In addition to providing superior efficiency, digital delivery also eliminates picture defects associated with analog transmission, such as excess picture noise, ghosting, and snow. Alll that extra bandwidth can be used for virtually an unlimited number of new SD channels, dozens of new full HDTV channels (none of that "HDTV Lite" crap), as well as HDTV VOD and faster Internet. Said a different way, digital delivery provides the consumer with improved service and more choice.

All this comes at the expense of a set-top box, which many cable companies now include (no extra cost) with a cable subscription. The rub is that some cable providers want you to pay for extra boxes for other TVs. I don't know if that is the case with Comcast Chicago. Ideally, a cable provider would include STBs to support all TVs in a household at no extra cost, or at least decrypt the cable channels in the "digital basic" tier so they are receivable with the built-in digital cable (QAM) tuners found on virtually all new TVs.

In a year or two, this will be a moot point with new TVs. CableCard provides displays with the means to decrypt all cable channels, but most manufacturers don't incorporate it because of cost and usability concerns. Current CableCard implementations -- which use unidirectional OpenCable receivers -- cannot access guide information, interactive services, VOD, or channels delivered using Switched Digital Video (SDV) technology. That will all change next year.

Beginning in mid-2008, you will see televisions start to implement bidirectional digital tuners with OCAP in their TVs. With these TVs, you will simply plug the access card (CableCard) into the back of your display, and it will provide you full access to every channel and service you get with a set-top box. You will get the program guide with the same interface you get on the set-top box. By 2010, they probably won't even sell TVs without this functionality.

Quote:
I'm able to watch one channel while recording another on my DVD recorder.

You can do that already with digital, just not using existing DVD recorders. Some newer DVD recorders have built-in digital (ATSC and QAM) tuners. You split the coax cable, run one end into your TV (or set-top box) and the other end into the DVD recorder. The DVD recorder can record one digital channel while you watch another with your STB/TV. Next year, you'll see DVD recorders with CableCard (and bi-directional receivers) that can pull the guide and program information directly from the cable provider -- no longer will you have to depend on the TVGoS service that is unreliable in so many areas.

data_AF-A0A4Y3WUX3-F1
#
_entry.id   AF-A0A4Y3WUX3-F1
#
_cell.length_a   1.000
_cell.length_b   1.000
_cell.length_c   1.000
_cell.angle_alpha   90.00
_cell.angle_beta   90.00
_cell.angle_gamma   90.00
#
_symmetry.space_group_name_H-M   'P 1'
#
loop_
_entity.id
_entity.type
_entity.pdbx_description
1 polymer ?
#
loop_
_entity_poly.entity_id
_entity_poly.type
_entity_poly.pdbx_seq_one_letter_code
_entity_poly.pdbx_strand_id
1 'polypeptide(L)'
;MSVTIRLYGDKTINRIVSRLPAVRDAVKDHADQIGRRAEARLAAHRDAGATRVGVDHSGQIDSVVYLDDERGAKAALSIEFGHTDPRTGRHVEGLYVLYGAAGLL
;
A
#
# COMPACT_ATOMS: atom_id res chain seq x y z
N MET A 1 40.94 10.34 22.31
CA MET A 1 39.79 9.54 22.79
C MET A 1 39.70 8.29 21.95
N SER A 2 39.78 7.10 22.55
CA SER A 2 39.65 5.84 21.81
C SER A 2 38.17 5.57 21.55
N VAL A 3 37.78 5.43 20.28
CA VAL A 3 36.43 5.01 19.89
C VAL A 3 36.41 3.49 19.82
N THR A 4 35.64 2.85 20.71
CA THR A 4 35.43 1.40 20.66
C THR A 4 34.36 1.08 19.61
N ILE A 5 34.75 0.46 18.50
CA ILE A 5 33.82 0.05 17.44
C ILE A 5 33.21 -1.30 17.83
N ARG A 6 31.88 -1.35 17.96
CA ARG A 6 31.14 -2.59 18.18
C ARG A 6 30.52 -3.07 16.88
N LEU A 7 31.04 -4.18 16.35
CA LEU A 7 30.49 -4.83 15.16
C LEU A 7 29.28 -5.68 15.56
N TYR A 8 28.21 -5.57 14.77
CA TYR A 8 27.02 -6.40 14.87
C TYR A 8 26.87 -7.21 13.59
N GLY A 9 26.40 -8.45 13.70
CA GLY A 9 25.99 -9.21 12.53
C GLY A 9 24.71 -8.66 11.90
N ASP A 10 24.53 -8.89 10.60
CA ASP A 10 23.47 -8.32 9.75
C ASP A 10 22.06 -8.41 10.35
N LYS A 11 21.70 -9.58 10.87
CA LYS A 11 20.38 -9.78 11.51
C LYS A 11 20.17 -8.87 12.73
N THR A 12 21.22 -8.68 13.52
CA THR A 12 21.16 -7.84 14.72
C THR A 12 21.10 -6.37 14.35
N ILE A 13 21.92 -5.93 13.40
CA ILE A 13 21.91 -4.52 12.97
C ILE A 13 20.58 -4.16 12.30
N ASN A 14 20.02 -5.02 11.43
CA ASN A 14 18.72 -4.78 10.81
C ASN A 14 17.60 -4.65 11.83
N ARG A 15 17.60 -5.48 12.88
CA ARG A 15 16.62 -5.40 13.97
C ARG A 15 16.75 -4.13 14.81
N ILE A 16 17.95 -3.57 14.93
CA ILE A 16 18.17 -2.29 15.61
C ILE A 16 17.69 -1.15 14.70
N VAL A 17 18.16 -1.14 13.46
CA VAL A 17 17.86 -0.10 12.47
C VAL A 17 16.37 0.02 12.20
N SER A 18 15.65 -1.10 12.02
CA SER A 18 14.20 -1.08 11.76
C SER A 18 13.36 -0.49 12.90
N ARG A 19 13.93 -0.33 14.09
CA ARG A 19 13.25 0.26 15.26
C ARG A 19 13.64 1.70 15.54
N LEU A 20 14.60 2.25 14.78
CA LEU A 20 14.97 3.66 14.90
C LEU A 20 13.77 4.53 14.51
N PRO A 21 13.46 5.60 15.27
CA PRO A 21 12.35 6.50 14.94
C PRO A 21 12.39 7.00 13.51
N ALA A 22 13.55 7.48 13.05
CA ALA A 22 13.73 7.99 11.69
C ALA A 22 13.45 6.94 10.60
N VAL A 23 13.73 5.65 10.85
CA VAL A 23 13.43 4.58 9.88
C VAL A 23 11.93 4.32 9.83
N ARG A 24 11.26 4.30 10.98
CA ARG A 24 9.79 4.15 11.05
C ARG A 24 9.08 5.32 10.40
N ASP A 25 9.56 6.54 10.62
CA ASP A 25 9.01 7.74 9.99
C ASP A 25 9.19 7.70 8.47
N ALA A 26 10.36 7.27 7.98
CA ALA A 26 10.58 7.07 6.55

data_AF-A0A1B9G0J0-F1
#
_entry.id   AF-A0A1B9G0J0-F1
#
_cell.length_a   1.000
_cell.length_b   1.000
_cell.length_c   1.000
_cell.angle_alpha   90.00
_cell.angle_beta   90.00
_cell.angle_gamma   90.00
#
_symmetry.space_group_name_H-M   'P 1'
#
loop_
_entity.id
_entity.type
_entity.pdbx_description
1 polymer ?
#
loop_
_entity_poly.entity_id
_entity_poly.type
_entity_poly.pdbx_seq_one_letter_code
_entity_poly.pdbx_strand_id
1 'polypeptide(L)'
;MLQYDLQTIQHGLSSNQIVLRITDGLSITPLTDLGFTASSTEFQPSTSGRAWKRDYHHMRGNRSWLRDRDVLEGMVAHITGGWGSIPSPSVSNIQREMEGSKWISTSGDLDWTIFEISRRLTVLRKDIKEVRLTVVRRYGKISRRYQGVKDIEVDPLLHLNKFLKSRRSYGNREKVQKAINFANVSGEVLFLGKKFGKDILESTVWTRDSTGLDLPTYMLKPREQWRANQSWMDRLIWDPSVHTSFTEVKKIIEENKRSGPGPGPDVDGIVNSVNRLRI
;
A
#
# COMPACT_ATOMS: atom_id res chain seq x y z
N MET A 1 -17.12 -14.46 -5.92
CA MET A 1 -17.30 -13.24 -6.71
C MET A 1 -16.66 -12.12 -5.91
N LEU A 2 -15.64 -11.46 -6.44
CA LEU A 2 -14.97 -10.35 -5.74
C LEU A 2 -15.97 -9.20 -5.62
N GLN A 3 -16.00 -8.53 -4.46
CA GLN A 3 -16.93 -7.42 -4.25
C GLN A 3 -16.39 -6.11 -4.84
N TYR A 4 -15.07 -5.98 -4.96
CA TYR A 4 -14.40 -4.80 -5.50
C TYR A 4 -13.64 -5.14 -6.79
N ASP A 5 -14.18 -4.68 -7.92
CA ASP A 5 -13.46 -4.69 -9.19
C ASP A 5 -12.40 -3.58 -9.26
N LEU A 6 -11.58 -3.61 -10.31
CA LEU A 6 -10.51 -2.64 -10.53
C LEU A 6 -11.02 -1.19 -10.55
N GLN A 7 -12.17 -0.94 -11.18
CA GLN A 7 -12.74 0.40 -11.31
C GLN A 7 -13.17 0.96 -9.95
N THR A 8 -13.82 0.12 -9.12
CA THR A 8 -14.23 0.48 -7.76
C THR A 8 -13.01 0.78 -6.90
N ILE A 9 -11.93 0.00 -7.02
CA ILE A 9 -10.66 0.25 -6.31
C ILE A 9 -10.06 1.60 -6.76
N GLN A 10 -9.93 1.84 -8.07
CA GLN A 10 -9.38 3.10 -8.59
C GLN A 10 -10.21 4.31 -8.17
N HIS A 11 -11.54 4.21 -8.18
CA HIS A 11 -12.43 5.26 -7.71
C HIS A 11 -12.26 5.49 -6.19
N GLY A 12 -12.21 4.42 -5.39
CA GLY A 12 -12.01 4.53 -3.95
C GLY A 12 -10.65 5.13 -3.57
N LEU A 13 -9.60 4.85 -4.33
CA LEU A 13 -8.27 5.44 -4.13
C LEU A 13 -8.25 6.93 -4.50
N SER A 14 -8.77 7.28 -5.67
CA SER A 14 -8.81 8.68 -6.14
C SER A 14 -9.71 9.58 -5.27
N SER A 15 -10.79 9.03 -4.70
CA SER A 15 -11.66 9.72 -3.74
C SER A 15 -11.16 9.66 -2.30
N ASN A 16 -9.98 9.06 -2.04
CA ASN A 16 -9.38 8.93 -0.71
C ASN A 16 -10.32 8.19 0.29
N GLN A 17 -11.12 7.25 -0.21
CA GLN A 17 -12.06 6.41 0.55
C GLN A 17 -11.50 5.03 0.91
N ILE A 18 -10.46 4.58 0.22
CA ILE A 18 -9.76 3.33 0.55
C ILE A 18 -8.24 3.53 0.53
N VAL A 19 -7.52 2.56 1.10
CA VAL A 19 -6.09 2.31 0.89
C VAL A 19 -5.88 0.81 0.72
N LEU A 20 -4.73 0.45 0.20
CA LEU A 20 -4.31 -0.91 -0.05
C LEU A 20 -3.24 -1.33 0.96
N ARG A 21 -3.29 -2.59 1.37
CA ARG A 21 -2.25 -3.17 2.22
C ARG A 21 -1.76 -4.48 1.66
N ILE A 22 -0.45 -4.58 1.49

As far as picture-in-picture, solutions are available now that integrate to dual ATSC/QAM tuners onto a single chip. As far as I know, Olevia is the only manufacturer shipping a display (747i/742i) that uses such a chip. On the Olevia 747i, you input a single coax feed from your cable company and you can display two different digital cable channels, SD or HD, using both split-screen and picture-in-picture. It will also do split-screen and picture-in-picture using the built-in digital cable (QAM) and OTA (ATSC) tuners.

Most 2007 models seem to be sticking with the highly integrated, ultra-cheap single-tuner ATSC/QAM silicon, which integrates ATSC and QAM tuners onto a single chip, but only one of those tuners can be active at any given time. Starting next year, as new single-chip, dual QAM/ATSC tuner solutions become available (more competition = lower cost), you can expect more television manufacturers to incorporate that technology into their products.

Quote:
I can also use the TV's channel editting to skip useless channels (something I can't do using Comcast's box).

Newer TVs and DVD recorders with digital cable (QAM) tuners also allow you to delete the channels you don't want. That's not an analog-only feature by any means.

Some software used by cable companies allows you to edit and delete channels you don't want, while other software does not. Verizon FiOS has allowed customers to delete channels from their STB/DVR since day one. Comcast's Tivo software upgrade for Motorola DVRs does allow you to remove whatever channels you want from the guide and channel +/-. They do charge you a few extra dollars per month for that functionality, but that buys you all sorts of other improvements as well.
bfdtv is offline  
post #13 of 17 Old 03-30-2007, 04:33 AM
AVS Special Member
 
RCbridge's Avatar
 
Join Date: Jul 2002
Location: Limerick Pa
Posts: 1,874
Mentioned: 0 Post(s)
Tagged: 0 Thread(s)
Quoted: 0 Post(s)
Liked: 14
Quote: